October 20, 2005

6:10 minutes

Interviewed by Ann Kelsey

Filmed by Michael O’Hagan

For the County College of Morris, Learning Resource Center

Randolph, New Jersey

Rosie the Riveter Project

Transcribed by Jardee Transcription, Tucson, Arizona

Kelsey:  Where were you born?

Cicatelli:  I was born in Throop, Pennsylvania.

Kelsey:  And where were you living when World War II started?

Cicatelli:  Pennsylvania, and then I moved to New Jersey in 1942.

Kelsey:  And where did you move to in New Jersey?

Cicatelli:  I moved to Newark.

Kelsey:  Were you married then?

Cicatelli:  No.

Kelsey:  Why did you come to New Jersey?

Cicatelli:  Because of the work.

Kelsey:  So you were looking for a job?

Cicatelli:  My dad moved out here for work.

Kelsey:  So you were still living with your parents then?

Cicatelli:  Yes.

Kelsey:  And that was in 1942?

Cicatelli:  Uh-huh.

Kelsey:  And how did you get into working in defense plants, in war industries?

Cicatelli:  Well, I went in to look for a job, and I got to work at Bendix.  It was a division of Bendix in East Orange that I

            worked for.

Kelsey:  And what year was that?

Cicatelli:  In ’42.

Kelsey:  What did you do there?

Cicatelli:  We were packaging parts to send overseas to the boys for their motor vehicles and everything.  We had men in

             the shop that put them in wax, after we packed them, so they wouldn’t get destroyed.

Kelsey:  How long did you work there?

Cicatelli:  I worked there until 1945.

Kelsey:  Were you looking for a job in that kind of an industry, or were you just looking for any job?

Cicatelli:  Well, I went to look for a job—anything.

Kelsey:  And then what did you do after you left there in 1945?

Cicatelli:  The war was over, I went to work for Ronson Cigarette Lighters in 1945.

Kelsey:  And did you resign from Bendix, or were you laid off?

Cicatelli:  We were laid off after the war.

Kelsey:  And then how long did you work for Ronson?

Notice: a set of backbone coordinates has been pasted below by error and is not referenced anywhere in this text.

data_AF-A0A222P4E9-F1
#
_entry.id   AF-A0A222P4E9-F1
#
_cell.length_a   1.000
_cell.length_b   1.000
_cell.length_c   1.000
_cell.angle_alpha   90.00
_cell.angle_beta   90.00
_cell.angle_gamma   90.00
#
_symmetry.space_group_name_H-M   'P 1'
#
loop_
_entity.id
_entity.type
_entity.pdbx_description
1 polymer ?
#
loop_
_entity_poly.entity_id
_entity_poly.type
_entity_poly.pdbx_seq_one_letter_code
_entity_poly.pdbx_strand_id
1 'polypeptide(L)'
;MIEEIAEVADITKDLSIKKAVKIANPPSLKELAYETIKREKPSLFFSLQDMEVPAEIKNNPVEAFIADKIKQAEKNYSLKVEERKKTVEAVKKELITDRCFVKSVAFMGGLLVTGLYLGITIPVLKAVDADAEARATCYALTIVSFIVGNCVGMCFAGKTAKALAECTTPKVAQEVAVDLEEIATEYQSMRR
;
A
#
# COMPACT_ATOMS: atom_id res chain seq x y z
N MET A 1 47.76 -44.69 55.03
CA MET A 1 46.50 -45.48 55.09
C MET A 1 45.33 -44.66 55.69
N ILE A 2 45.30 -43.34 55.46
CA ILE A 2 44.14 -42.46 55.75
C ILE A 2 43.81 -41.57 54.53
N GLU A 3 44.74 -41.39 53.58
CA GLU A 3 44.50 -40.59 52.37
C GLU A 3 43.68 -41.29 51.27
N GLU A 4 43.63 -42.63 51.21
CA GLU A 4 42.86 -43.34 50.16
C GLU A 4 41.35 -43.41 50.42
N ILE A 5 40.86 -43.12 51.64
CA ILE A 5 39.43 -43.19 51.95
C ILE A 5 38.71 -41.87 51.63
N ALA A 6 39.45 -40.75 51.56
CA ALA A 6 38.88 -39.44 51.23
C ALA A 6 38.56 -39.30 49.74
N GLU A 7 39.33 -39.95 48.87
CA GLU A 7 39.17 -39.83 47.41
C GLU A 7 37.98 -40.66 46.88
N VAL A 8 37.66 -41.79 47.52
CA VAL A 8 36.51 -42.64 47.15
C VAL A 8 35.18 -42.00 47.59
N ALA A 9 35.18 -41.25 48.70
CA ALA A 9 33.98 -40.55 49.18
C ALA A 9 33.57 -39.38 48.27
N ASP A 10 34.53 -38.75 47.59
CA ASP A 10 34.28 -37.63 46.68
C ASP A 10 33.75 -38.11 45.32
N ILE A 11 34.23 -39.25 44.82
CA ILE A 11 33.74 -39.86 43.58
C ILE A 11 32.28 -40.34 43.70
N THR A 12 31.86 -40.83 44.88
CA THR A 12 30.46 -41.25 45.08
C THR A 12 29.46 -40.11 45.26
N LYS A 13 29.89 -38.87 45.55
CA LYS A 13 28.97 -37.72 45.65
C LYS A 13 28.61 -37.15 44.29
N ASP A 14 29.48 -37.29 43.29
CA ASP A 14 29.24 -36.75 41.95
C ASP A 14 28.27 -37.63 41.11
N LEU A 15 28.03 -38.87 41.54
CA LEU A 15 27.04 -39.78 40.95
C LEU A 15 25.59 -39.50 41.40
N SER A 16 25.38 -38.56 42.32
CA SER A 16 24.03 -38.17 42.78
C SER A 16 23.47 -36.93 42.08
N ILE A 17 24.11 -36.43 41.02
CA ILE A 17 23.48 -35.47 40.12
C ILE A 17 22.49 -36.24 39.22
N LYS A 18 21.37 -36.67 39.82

Cicatelli:  Until 1953.

Kelsey:  Did you get married during that time?

Cicatelli:  No.

Kelsey:  And then what did you do?

Cicatelli:  I went to be a hairdresser.

Kelsey:  Varied careers!  And did you go to school for that?

Cicatelli:  Yes, I did.  I’m a licensed hairdresser.

Kelsey:  And how long did you work at that?

Cicatelli:  I worked for a couple of years at it, and then when I got married I stayed home to take care of my daughter.

Kelsey:  So you got married then during that time period?

Cicatelli:  Uh-huh.

Kelsey:  And did you go out to work again?

Cicatelli:  No.

Kelsey:  So of the several jobs that you had, which did you think was the most interesting or the most important?

Cicatelli:  Well, at the time of the war, that was important to me.  After that, it was my hairdressing.

Kelsey:  So you enjoyed the hairdressing the most?

Cicatelli:  A little.

Kelsey:  And why was the war work important?

Cicatelli:  To help out.

Kelsey:  You were describing how they put the parts you were making in wax.

Cicatelli:  Well, we would pack them in boxes, and wrap them in paper.  And then the men would take them and dip

             them.  They would put an extra wrapping on it, and then put them in this wax.

Kelsey:  And was that meant to keep it dry?

Cicatelli:  Yes.

Kelsey:  What did they use these parts for?

Cicatelli:  I guess for their vehicles that they had to use it for.

Kelsey:  So they were….

Cicatelli:  Parts for their vehicles.

Kelsey:  Okay, I think that’s great.

Cicatelli:  They were certainly different parts.  We were packing, and we didn’t know where they were going, but they

            were going for their vehicles, in case they were broke down and they had to fix them.  So this was our job.

Kelsey:  Every job was definitely important.

Cicatelli:  Yes.






The Learning Resource Center at the County College of Morris

214 Center Grove Road, Randolph, New Jersey 07869